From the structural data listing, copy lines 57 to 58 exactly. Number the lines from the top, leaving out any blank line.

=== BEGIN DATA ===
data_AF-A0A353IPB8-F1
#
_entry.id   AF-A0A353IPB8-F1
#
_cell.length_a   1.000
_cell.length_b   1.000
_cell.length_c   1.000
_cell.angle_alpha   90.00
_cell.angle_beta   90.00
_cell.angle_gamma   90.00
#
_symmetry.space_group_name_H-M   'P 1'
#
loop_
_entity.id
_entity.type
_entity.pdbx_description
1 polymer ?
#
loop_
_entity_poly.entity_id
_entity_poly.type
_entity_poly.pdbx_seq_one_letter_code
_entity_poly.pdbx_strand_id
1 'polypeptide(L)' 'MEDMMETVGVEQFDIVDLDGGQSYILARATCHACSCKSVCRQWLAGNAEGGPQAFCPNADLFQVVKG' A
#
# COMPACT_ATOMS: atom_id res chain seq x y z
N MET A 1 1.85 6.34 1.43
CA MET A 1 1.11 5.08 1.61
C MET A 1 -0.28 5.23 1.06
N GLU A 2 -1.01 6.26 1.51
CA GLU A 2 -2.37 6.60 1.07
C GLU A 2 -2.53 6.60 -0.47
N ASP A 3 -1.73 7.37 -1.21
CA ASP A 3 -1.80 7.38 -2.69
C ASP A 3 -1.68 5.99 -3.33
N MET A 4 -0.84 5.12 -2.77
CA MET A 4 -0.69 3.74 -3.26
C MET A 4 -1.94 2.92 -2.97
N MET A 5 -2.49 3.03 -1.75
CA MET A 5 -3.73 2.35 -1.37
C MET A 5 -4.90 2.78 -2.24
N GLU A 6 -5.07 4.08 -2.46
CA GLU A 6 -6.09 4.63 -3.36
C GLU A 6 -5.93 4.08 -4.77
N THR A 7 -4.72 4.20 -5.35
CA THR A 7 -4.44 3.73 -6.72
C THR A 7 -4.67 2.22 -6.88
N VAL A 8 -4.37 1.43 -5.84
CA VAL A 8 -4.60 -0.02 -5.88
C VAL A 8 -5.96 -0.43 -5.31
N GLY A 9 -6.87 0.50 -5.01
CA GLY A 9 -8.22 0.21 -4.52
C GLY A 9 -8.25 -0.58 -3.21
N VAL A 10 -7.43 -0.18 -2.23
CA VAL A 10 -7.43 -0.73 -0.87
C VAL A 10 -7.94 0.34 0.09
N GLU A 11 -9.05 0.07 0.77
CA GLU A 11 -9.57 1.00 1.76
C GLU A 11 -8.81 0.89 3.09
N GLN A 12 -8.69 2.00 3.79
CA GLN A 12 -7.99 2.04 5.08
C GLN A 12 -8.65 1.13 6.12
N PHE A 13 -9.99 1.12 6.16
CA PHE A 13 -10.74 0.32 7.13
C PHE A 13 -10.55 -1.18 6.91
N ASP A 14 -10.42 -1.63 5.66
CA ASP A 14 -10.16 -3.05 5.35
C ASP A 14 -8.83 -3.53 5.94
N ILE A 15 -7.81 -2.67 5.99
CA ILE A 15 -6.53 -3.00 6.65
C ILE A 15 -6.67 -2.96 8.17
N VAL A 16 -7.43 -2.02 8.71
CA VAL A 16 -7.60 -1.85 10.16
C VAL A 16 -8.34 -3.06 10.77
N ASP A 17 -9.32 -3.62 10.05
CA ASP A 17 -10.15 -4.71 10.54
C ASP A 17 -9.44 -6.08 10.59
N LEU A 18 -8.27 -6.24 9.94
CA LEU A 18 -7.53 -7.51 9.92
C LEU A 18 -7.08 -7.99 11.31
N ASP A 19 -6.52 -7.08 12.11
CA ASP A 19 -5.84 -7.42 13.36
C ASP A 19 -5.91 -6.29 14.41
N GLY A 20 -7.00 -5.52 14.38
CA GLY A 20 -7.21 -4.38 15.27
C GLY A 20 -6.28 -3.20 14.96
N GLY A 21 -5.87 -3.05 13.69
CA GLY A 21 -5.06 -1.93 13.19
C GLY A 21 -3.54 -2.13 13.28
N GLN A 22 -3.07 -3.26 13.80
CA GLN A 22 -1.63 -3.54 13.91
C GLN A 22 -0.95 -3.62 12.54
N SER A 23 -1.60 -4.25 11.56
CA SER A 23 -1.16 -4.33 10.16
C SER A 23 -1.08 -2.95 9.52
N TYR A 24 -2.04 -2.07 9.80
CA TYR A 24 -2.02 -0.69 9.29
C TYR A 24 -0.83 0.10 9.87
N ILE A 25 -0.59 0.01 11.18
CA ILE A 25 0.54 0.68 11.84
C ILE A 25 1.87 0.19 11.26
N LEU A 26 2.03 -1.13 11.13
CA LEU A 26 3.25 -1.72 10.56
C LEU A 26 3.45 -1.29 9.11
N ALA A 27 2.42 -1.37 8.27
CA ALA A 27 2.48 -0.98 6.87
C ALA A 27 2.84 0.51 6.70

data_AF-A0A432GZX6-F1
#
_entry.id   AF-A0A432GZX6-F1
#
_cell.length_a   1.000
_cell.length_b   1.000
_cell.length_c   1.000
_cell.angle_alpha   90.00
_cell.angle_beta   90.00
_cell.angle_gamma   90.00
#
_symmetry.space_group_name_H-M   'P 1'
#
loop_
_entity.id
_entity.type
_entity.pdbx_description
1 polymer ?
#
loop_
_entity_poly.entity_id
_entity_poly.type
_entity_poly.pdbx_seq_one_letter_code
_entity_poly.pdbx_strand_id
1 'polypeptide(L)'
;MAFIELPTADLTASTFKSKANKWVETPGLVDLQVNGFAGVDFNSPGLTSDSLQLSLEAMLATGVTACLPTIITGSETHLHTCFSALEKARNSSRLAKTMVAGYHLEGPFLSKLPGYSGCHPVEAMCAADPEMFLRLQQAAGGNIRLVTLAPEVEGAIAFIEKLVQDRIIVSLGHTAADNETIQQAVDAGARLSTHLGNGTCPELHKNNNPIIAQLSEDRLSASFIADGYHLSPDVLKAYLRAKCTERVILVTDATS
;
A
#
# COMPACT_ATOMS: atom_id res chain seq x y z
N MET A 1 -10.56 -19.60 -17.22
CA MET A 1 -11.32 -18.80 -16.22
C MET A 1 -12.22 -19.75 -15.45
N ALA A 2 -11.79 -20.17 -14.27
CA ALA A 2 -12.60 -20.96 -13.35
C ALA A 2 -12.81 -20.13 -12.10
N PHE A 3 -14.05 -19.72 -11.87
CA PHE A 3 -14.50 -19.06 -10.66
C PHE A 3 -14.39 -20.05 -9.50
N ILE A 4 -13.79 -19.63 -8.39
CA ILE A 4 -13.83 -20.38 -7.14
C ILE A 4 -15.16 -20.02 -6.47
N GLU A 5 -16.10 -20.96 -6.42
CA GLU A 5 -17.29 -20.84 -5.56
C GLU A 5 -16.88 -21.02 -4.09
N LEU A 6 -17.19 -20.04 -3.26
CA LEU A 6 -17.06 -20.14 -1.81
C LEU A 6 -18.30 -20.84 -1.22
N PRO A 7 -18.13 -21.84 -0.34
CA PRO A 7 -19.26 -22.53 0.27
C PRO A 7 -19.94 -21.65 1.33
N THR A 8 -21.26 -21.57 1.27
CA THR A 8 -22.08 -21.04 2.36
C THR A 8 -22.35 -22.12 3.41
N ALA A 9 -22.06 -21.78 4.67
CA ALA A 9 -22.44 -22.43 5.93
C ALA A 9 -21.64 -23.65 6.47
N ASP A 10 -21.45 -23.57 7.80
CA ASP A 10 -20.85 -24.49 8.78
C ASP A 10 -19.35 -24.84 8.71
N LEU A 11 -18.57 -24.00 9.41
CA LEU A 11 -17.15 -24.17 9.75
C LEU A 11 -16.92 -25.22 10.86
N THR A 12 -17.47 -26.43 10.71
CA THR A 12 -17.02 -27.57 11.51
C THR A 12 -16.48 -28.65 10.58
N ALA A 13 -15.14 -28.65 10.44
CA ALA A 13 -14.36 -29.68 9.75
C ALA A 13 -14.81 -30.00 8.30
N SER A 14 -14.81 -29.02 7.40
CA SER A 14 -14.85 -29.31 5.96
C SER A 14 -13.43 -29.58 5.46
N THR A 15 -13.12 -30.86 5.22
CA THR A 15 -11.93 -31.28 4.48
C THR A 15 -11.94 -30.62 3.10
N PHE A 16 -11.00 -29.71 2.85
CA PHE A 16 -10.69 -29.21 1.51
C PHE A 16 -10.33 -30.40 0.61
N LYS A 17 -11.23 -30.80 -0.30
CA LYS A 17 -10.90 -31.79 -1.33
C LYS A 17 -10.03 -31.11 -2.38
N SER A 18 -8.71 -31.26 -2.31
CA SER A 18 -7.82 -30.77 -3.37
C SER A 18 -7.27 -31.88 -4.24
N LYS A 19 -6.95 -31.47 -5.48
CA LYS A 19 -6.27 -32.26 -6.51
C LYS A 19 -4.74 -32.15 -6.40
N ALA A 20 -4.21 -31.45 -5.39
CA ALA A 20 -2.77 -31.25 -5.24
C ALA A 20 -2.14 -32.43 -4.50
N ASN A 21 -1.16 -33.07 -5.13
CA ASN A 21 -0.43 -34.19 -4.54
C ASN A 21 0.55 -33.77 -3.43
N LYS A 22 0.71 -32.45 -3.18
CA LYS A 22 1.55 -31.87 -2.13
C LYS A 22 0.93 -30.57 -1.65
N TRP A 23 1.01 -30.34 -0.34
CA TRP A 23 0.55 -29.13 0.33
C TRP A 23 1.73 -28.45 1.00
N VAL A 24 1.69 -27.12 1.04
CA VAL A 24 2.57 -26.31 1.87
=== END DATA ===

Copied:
C VAL A 10 -7.94 0.34 0.09
N GLU A 11 -9.05 0.07 0.77